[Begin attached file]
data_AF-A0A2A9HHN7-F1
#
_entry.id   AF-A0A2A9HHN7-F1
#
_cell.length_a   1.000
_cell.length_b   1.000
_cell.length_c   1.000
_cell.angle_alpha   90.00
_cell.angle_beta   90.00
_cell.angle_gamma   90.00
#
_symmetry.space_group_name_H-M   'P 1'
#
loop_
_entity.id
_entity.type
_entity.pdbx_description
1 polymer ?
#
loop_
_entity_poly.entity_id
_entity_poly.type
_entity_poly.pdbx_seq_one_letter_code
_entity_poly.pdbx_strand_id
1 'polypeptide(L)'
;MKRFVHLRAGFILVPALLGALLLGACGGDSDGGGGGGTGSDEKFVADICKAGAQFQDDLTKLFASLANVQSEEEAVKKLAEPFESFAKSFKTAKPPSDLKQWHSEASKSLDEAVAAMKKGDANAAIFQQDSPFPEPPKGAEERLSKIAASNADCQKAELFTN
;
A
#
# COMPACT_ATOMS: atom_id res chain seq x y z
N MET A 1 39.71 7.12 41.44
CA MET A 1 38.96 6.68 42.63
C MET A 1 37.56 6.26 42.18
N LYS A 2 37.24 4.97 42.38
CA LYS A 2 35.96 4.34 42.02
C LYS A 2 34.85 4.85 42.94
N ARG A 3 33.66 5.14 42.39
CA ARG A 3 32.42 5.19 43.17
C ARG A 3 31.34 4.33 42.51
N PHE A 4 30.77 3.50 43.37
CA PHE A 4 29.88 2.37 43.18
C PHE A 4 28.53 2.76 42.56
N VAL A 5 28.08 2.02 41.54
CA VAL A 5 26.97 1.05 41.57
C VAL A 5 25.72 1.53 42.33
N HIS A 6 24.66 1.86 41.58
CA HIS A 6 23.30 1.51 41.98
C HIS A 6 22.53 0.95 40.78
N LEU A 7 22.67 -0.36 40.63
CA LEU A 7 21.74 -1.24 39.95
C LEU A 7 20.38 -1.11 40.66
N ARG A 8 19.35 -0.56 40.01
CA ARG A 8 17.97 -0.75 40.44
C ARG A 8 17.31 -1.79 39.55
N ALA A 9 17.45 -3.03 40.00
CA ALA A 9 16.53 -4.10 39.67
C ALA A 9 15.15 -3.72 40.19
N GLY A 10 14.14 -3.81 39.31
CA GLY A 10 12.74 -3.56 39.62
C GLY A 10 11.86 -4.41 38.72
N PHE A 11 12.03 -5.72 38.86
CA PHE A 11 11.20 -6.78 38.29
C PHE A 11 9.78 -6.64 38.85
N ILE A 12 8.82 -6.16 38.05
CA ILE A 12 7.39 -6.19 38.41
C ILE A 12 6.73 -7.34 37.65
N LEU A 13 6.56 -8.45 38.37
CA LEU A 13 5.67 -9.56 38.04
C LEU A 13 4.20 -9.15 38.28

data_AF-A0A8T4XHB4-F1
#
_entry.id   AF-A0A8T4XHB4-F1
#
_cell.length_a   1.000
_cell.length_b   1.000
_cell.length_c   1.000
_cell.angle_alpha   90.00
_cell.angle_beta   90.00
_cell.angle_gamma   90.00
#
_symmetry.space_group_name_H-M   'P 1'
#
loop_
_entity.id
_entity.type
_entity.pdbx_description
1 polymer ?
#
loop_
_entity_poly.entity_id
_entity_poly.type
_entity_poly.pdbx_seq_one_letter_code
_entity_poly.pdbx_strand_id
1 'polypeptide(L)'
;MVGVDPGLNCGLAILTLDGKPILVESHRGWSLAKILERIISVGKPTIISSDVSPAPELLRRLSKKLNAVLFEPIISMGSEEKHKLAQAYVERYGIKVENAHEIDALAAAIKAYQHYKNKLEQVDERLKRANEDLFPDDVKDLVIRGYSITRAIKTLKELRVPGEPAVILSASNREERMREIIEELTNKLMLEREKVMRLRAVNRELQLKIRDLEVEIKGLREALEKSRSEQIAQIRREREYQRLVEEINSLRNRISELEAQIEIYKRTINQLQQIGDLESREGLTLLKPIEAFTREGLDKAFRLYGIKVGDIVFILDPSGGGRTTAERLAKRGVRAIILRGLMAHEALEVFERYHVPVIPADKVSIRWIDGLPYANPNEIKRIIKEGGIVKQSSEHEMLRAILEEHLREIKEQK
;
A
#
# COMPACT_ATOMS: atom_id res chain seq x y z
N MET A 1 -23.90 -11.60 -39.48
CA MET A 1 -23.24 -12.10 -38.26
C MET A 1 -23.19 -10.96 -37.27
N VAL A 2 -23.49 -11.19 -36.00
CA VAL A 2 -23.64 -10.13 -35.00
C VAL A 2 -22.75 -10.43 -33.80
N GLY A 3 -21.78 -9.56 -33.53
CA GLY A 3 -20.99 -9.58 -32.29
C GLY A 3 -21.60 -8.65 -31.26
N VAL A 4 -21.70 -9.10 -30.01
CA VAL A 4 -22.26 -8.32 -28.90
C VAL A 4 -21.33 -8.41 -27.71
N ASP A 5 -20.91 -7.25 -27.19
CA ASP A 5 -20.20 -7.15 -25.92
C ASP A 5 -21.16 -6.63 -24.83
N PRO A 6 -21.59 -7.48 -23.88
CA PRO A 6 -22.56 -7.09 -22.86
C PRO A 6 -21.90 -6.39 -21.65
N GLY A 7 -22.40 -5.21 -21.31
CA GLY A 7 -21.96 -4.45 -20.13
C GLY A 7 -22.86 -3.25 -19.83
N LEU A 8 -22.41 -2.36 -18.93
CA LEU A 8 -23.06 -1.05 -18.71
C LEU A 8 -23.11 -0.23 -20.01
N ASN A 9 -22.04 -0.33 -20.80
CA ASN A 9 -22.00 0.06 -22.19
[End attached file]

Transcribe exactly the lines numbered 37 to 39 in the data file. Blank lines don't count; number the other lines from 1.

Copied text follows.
N ARG A 3 33.66 5.14 42.39
CA ARG A 3 32.42 5.19 43.17
C ARG A 3 31.34 4.33 42.51